We recently interviewed Dale Raby on how he uses Fedora. This is part of a series on the Fedora Magazine where we profile Fedora users and how they use Fedora to get things done. If you are interested in being interviewed for a further installment of this series, contact us on the feedback form.
Who is Dale Raby?
Dale started using Linux around 1999 when he became disconcerted with his Windows 95 computer and a young clerk in an office supply store told him about Linux. “I started reading some of the magazines, most notably Maximum Linux and eventually got to know their senior editor, Woody Hughes and Show Me the Code columnist Mae Ling Mak,” said Raby. His first distribution was Mandrake 6.5 which came in a box with a boot floppy.
Raby manages a small gun shop in Green Bay, Wisconsin. He is also an author with three published books: The Post-Apocalyptic Blacksmith, 777 Bon Mots for Gunslighers and Other Real Men, The Wives of Jacob Book I: In the Beginning, and In the Beginning.
Dale’s hobbies include blacksmithing, hunting, shooting, printing with a vintage platen press, photography, writing, woodworking, and repairing computers. His childhood heroes were Jesus, Spiderman, Montgomery Scott and Mr. Spock.
When asked about his first impression of the Fedora community, Raby said, “For the most part, they are a pretty awesome bunch.” When he has issues, he is able to find answers by searching Google. In the early days, when he needed hand-holding, he always found people to help.
Dale shares a philosophy with Doctor Leonard McCoy about change. “I know, change is good, but changes just for the sake of making changes benefits nobody.” Raby continued, “Part of this may be that I am a bearded old goat who hates changes to my well-ordered world, but why would anybody have to move my (for example) mailcap file or the way GnuPG is implemented?” His penchant for keeping things the same is not limited to Fedora or computers. Raby said, “Don’t feel bad though, I also want to get rid of the throttle-body fuel injection in my Ford Ranger and install a carburetor.”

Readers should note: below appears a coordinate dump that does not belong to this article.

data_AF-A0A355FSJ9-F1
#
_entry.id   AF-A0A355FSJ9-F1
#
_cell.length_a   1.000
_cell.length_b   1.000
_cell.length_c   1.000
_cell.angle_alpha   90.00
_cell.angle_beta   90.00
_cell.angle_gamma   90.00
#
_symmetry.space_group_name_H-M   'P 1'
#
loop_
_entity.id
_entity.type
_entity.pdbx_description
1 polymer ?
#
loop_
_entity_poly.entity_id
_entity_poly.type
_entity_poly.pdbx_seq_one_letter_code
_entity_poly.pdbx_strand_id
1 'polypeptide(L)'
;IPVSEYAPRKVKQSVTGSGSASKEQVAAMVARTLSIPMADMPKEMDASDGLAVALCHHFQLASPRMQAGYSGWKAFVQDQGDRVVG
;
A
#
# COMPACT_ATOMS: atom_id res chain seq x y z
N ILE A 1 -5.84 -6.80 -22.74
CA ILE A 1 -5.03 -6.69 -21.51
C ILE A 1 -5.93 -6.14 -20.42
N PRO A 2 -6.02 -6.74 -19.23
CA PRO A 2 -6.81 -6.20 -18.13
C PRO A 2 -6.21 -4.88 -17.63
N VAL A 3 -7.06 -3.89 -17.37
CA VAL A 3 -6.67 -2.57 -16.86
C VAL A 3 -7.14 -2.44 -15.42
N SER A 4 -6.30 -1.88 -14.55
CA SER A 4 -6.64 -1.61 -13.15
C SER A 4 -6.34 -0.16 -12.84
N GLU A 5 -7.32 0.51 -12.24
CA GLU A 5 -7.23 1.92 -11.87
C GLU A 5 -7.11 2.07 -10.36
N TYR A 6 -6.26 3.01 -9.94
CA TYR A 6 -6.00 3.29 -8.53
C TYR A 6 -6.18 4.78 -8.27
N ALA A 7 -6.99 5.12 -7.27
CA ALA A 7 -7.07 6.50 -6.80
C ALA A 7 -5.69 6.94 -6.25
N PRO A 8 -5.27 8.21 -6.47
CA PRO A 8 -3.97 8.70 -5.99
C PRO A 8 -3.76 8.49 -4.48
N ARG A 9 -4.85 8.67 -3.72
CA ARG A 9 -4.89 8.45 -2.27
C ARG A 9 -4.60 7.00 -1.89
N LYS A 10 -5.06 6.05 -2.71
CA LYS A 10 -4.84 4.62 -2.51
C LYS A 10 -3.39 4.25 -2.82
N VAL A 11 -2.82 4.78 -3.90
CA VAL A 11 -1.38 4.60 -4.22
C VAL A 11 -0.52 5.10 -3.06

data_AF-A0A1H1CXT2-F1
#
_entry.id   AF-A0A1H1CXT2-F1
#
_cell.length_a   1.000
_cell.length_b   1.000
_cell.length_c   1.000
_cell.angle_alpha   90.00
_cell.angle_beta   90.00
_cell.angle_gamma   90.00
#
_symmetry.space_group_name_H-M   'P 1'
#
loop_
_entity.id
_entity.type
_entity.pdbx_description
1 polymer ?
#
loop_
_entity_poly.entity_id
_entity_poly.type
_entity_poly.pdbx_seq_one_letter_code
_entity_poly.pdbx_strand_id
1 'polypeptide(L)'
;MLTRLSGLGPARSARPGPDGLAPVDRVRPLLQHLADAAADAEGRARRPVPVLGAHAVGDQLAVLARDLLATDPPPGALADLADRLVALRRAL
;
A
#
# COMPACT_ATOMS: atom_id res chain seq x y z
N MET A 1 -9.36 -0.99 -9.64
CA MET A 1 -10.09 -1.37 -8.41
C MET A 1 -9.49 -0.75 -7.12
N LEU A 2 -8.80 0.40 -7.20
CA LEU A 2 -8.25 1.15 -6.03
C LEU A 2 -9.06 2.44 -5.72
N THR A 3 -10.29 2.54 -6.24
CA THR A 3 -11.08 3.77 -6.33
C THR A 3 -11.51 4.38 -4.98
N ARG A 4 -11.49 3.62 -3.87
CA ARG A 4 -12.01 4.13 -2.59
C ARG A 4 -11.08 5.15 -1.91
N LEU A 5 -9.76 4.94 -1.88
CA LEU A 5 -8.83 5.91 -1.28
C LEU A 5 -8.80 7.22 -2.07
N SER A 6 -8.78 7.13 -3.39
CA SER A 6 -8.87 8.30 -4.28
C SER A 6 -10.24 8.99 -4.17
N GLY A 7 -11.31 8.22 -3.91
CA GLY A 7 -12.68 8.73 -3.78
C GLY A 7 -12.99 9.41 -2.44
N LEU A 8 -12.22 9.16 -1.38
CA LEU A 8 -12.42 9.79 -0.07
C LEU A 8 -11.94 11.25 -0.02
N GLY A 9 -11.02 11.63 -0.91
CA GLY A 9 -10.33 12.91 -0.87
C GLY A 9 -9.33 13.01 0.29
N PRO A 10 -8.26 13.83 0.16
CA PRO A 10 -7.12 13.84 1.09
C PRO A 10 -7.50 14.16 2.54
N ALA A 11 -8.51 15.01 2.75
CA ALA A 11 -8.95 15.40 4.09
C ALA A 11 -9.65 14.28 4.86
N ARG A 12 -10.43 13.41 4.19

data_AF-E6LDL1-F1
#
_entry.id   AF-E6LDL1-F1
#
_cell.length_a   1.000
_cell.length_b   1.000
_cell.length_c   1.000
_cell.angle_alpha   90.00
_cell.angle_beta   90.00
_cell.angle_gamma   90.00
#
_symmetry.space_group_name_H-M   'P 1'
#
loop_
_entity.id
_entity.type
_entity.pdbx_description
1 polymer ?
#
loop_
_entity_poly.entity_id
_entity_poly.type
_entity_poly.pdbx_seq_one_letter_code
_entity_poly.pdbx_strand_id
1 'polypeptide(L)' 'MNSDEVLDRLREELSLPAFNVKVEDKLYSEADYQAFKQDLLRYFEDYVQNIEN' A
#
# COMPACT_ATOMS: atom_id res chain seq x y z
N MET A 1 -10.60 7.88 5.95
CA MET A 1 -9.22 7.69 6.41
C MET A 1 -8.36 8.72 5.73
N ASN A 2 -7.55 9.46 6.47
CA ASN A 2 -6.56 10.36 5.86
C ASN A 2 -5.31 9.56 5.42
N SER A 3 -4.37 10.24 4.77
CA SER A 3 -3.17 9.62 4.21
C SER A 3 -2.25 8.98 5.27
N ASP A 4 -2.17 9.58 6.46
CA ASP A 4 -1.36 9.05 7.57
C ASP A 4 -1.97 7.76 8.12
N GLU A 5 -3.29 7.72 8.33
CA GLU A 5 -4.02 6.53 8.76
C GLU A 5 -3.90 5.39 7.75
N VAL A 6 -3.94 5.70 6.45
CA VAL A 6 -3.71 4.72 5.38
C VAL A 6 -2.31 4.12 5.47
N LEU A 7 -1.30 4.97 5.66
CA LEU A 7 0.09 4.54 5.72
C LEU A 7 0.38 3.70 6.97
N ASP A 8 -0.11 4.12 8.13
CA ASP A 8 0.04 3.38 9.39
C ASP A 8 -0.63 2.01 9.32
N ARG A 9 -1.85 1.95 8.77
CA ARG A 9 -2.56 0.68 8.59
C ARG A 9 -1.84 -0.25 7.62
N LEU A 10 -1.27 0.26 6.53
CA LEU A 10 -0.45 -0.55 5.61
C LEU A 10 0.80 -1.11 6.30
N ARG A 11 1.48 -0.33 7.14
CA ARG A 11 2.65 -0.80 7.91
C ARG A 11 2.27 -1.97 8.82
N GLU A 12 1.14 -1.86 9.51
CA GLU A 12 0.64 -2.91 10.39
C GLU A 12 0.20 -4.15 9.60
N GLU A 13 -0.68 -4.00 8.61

Raby has a Dell Latitude E6400 with an Intel Core 2 Duo T9600 and 4GB of memory. He also has a CyberWorks desktop with an Intel Celeron 430, ASUSTeK P5GC-MX/1333 motherboard.
Raby has two stores and must transfer inventory between them. “As there are two stores and merchandise frequently travels from one store to the other, I use Dropbox to transfer files. Guns have to be tracked carefully,” said Dale. “We always generate an electronic document that gets stored in a shared file on Dropbox as well as a hard copy that accompanies the gun when it is transferred. Even if the paperwork gets lost, the receiving clerk can look at the electronic file and check the serial number and description against the actual gun itself.”
The paperwork for transfers are generated using LibreOffice. The business also auctions guns and need to have pictures of them. Raby uses gThumbs to manage the images, and GIMP to edit them when necessary.
When asked about the books he writes, Raby said, “I use Focuswriter to write my books, then store them in a shared Dropbox directory where Diane, my proofreader, can access them and find all of my mistakes before I submit the manuscript to Book County for distribution. With retirement looming up in about ten years it would be nice to have some future royalty checks coming in to supplement my social security.”